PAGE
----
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Friday, November 13, 2015

First Day on Molokai

Ooooo I love small airplanes, and my flight to the island of Molokai was small, holding only 9 passengers. The inter-island 'puddle jumper' was a Cessna Grand Caravan, and it holds about a half dozen passengers plus the pilots.
Ready to board the flight to Molokai

The Cessna is so small there was no room inside for carry-ons. So, the free-of-fees carry-ons were stored with the regular luggage, while the regular luggage that was in the same spot as the carry-ons was not free. Confused? That's OK. I take whatever part of 'free' I am allotted. I read, Molukele airlines was started by a native Hawaiian woman. Go Hawaiians!

I was thrilled to be seated just behind the pilots so during the flight I could see the cool dials, blinking lights and whatnot over their shoulders.

The controls show we were between Maui & Molokai,
with the extra land form being Lanai.
So long Maui!

I knew we were on a good flight when this rainbow spilled into the Pacific.
No Leprechauns here...
The flight was quite short, less than an hour and I enjoyed every second of it, watching so much of the Pacific passing underneath, and Molokai coming into sight.

I hear Molokai has steep cliffs, and that's apparently true
Now. How small is the Molokai airport?
The luggage carousel is this bench.
With my luggage I walked over to the car rental place, the only one on the island. The super basic rental car on Molokai was nearly 3 times as expensive for the 4 days I would have it, than was the well appointed, humongous SUV I had on Maui for a full week. That's what happens when a small local needs to either make their year's profit in a short window or is just tiny and doesn't get as many customers. Ask me about Alaska or Maine's rentals sometime (I dare you!). Packed in my ride for the week I headed east. Had to pass through Kaunakakai, a town that is smaller than its name. I stopped at the Molokai Fish and Dive shop to sign up for a snorkeling boat adventure. I was the ONLY one signed up and they require at least four passengers for it to be a 'go', so I was assured they weren't expecting to go out before Tuesday, when I'm leaving. RATS! So, disappointed, I headed out of town, as far as the roads would take me, to Halawa Valley.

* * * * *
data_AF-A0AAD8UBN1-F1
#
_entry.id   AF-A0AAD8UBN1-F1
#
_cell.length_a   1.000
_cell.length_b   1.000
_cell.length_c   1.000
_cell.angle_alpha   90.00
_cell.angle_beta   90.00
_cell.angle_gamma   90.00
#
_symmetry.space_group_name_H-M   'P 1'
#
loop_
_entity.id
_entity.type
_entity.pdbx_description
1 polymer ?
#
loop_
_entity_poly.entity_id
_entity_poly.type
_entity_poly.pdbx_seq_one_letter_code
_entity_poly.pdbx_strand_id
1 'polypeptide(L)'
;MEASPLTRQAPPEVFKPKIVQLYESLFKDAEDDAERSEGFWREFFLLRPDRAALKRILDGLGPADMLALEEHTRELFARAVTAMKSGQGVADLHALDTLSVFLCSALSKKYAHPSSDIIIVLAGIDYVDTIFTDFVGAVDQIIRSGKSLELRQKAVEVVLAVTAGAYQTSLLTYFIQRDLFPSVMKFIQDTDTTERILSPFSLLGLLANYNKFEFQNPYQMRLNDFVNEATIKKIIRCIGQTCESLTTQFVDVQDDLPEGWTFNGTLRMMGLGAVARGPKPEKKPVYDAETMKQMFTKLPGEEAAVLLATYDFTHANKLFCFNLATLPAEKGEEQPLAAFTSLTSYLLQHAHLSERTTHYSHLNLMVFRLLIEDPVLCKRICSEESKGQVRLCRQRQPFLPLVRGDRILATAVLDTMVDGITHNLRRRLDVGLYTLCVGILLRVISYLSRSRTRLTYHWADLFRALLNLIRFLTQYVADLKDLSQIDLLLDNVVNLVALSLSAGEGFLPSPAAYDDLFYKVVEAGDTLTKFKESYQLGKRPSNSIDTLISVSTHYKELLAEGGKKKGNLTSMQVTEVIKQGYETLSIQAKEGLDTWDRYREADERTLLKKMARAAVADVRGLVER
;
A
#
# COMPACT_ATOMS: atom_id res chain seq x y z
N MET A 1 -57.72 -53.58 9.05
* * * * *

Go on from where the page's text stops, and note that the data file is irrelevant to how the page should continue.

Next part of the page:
The drive hugged the coastline. The rock rim on the water
is a fish pond that is 7 or 8 hundred years old
The highway mostly hugged the coastline
I thought I could go snorkeling solo at one of the beaches, then decided it might be nice to be alive on Tuesday when I fly home. Those waters were much rougher than they appear in the photos.
There were many places to pull off the highway and walk to beaches
The only Nenes I saw were on this sign
The drive was mostly one lane and like the drive on Maui, it passed lots of farmlands.

Then I reached little Halawa Park, and the end of the road. A local, called to me that I could go on the road anyway if I wanted. Now my first thought was, 'can I drive through there?', not 'Oh look! A place to hike." I didn't go in.
End of the Road
The park was actually rather large and near a little structure, there were locals practicing for what looked to be a Hawaiian Ceremony*. Both of the men in red, below, are holding giant conch shells. The leader blew his, and it made a haunting sound. 
Ceremony in Halawa Valley park
I parked to use the facilities and some locals walking by, invited me to walk the 3 miles with them up to the valley's falls.  As it was miles away and all my stuff was in the car, so I declined